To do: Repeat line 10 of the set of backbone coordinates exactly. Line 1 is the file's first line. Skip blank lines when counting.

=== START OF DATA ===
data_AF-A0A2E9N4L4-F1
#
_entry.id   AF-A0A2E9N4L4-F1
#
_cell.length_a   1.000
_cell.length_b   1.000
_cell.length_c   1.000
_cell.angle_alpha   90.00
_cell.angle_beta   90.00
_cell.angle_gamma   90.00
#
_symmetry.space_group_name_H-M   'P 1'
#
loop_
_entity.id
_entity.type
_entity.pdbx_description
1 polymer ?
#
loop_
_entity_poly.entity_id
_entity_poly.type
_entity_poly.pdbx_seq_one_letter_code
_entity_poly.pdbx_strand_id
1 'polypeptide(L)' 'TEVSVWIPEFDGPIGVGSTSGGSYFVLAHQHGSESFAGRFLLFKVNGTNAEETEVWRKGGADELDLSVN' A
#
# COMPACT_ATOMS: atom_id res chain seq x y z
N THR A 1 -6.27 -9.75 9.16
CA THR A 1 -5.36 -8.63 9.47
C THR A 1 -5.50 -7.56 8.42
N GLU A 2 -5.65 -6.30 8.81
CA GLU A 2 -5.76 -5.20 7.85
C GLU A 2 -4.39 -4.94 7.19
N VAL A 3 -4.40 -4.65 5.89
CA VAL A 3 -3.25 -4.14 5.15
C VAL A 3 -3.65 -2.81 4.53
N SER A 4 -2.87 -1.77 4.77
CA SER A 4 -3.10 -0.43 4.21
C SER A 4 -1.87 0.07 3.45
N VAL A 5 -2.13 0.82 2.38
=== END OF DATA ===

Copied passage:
_cell.angle_gamma   90.00